2 Answers | Add Yours
Romeo says the line to Tybalt, "Either thour or I , or both, must go with him," immediately after Romeo's best friend, Mercutio, has been slain by Tybalt who has just returned to the scene of the crime. In order to better understand Romeo's line, we must first understand it in context.
Immediately after having stabbed Mercutio, Tybalt turns and runs from the scene. After Benvolio announces Mercutio's death, Romeo stands dumbfounded, knowing that Mercutio's death is about to bring a black fate for Romeo as well. When Tybalt returns to the scene, Romeo knows he will avenge himself on Tybalt for his friend's death, as we see when Romeo proclaims, "Away to heaven respective lenity, / And fire-eyed fury be my conduct now! (III.i.124-125). In other words, Romeo is declaring that he is furious and about to act on his fury. He then tells Tybalt that "Merctio's soul" is "above [their] heads," meaning in heaven, and waiting for Tybalt's soul to keep him company (127-129). In other words, wanting revenge, Romeo is challenging Tybalt. His challenge continues with the line, "Either thou or I, or both, must go with him" (130).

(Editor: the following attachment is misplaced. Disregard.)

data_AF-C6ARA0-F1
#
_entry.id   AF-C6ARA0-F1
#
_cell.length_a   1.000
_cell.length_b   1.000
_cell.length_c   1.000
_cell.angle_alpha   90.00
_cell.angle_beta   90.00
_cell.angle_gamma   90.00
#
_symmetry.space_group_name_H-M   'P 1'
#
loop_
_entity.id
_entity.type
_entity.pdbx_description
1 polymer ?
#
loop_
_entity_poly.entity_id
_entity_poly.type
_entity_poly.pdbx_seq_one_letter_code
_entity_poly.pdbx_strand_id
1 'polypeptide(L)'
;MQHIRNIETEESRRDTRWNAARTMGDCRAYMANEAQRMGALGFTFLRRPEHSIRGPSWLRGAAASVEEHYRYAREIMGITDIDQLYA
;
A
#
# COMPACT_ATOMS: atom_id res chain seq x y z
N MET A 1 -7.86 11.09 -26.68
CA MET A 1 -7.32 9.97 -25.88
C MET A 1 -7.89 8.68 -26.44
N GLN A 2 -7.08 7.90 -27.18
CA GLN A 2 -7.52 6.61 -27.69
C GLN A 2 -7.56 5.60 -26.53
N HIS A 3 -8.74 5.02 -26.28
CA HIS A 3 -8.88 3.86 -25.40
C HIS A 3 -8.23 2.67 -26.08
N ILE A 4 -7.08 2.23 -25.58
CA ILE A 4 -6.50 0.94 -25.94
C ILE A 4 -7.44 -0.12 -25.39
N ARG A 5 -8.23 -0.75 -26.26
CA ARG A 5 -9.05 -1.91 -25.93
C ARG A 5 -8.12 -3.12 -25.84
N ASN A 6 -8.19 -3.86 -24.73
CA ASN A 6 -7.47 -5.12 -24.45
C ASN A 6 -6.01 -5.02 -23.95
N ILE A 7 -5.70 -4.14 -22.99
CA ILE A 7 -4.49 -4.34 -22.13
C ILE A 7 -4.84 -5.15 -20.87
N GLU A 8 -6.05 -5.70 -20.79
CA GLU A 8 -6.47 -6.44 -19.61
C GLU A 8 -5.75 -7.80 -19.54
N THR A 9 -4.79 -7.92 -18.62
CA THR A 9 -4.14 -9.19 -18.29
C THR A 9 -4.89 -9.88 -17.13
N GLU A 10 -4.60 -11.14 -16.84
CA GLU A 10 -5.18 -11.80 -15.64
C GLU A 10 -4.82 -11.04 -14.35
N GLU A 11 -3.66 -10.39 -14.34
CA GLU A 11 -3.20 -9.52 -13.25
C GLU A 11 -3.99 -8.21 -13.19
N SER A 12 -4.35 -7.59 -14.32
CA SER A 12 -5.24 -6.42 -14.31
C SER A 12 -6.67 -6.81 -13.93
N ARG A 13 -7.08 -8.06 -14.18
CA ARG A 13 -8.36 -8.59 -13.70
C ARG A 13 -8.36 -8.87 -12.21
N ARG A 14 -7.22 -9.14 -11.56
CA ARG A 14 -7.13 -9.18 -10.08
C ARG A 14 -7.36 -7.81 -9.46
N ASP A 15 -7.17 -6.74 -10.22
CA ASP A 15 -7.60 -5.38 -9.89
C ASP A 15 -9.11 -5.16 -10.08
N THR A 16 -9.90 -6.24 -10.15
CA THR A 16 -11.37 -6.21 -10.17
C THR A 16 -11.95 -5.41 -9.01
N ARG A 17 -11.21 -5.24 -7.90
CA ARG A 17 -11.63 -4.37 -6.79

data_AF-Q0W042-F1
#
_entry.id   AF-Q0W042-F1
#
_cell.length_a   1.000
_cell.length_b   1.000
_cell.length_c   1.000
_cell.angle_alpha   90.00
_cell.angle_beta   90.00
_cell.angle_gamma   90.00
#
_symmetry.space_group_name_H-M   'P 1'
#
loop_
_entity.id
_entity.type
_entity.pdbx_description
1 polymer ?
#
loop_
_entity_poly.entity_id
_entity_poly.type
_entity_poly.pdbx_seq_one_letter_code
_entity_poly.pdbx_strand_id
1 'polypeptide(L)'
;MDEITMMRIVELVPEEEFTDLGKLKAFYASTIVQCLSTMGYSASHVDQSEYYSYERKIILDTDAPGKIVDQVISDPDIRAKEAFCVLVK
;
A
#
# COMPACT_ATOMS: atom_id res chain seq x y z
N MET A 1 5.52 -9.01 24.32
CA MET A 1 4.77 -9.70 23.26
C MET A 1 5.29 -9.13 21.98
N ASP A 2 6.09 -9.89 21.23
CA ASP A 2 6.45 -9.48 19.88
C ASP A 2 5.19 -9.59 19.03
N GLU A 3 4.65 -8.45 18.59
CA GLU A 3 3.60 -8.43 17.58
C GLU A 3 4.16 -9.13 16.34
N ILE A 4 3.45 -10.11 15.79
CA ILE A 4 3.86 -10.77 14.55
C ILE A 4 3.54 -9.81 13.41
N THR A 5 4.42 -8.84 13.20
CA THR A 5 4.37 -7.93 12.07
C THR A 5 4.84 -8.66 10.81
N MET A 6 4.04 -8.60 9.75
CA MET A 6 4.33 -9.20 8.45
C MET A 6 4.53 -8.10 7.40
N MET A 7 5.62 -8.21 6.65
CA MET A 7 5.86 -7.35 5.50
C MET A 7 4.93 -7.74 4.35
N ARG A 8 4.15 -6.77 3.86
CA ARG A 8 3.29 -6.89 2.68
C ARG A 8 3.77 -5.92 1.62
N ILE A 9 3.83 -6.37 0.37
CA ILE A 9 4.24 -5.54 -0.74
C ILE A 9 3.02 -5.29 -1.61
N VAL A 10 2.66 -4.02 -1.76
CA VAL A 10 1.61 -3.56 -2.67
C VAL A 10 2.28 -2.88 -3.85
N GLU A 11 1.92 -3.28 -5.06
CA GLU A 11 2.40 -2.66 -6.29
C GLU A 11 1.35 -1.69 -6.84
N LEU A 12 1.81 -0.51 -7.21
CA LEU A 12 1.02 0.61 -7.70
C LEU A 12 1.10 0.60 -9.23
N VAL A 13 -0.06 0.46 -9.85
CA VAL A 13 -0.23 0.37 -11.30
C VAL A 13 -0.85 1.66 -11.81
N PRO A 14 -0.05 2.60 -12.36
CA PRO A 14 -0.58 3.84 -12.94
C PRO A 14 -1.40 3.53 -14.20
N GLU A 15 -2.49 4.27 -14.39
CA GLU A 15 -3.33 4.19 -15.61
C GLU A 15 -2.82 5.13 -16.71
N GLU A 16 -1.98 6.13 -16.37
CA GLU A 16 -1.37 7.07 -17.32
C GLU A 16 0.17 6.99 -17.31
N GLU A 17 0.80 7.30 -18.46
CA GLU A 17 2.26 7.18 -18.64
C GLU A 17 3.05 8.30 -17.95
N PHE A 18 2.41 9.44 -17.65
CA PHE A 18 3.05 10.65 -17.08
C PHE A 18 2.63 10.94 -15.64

In the line, "Either thou or I, or both, must go with him," Romeo is saying that either Tybalt must go with Mercutio, meaning must die as well as Merutio, or he, himself must die with Mercutio, meaning that Tybalt will kill Romeo as well. Finally, Romeo also says that the other option is that they both must die with Mercutio as they both may kill each other. In other words, Romeo is warning Tybalt that more deaths are about to happen as a result of Romeo's vengeful dual. Either Romeo will die, Tybalt will die, of they will both die.
I'm guessing it's something like, "Either you, me or both of us must go with him."
We’ve answered 315,839 questions. We can answer yours, too.Ask a question